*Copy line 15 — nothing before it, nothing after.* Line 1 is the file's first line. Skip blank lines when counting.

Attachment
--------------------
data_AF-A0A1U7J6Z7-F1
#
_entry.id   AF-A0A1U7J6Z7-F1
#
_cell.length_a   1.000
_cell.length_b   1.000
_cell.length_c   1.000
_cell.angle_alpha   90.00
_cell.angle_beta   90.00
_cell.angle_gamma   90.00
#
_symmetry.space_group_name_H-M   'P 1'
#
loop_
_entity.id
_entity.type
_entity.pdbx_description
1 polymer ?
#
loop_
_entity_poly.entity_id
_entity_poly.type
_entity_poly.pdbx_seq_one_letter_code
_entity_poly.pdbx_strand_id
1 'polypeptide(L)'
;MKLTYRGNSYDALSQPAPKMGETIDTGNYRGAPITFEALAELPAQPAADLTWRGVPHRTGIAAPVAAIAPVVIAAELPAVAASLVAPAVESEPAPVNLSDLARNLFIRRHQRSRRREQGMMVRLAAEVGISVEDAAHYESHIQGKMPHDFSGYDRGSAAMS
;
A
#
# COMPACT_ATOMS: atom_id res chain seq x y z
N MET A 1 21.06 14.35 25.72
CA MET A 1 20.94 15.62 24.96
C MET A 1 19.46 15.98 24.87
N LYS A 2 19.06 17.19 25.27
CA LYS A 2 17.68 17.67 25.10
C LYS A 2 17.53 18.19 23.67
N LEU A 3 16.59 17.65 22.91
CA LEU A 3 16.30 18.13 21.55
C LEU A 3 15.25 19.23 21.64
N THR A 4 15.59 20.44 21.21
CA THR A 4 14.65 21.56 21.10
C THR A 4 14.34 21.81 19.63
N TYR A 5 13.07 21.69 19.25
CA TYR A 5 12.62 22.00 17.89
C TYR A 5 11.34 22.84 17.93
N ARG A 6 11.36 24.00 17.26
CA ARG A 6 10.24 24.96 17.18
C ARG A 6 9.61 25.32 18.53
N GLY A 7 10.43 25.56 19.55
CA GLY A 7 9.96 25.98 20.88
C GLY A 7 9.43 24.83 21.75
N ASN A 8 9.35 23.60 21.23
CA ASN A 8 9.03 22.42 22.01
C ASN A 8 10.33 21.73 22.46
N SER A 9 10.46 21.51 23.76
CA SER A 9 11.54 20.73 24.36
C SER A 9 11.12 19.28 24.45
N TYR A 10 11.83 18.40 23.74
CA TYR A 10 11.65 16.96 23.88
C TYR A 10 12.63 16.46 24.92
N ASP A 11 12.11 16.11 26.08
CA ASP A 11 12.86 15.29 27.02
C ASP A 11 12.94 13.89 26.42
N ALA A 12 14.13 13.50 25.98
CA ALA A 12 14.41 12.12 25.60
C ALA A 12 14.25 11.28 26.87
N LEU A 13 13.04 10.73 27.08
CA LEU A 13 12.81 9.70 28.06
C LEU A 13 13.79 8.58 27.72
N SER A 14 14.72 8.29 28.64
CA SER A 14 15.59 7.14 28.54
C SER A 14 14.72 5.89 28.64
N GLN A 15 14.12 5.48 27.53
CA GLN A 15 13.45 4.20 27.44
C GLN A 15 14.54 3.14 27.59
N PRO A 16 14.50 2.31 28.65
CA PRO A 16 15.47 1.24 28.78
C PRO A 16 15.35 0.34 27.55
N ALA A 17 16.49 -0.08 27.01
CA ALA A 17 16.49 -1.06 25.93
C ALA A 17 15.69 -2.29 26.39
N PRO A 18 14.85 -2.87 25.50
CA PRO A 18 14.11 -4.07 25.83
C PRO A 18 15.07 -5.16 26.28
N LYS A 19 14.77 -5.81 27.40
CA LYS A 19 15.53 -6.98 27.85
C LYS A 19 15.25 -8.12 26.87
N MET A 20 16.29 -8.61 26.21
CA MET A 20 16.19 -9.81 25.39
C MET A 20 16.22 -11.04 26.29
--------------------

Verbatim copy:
_entity.id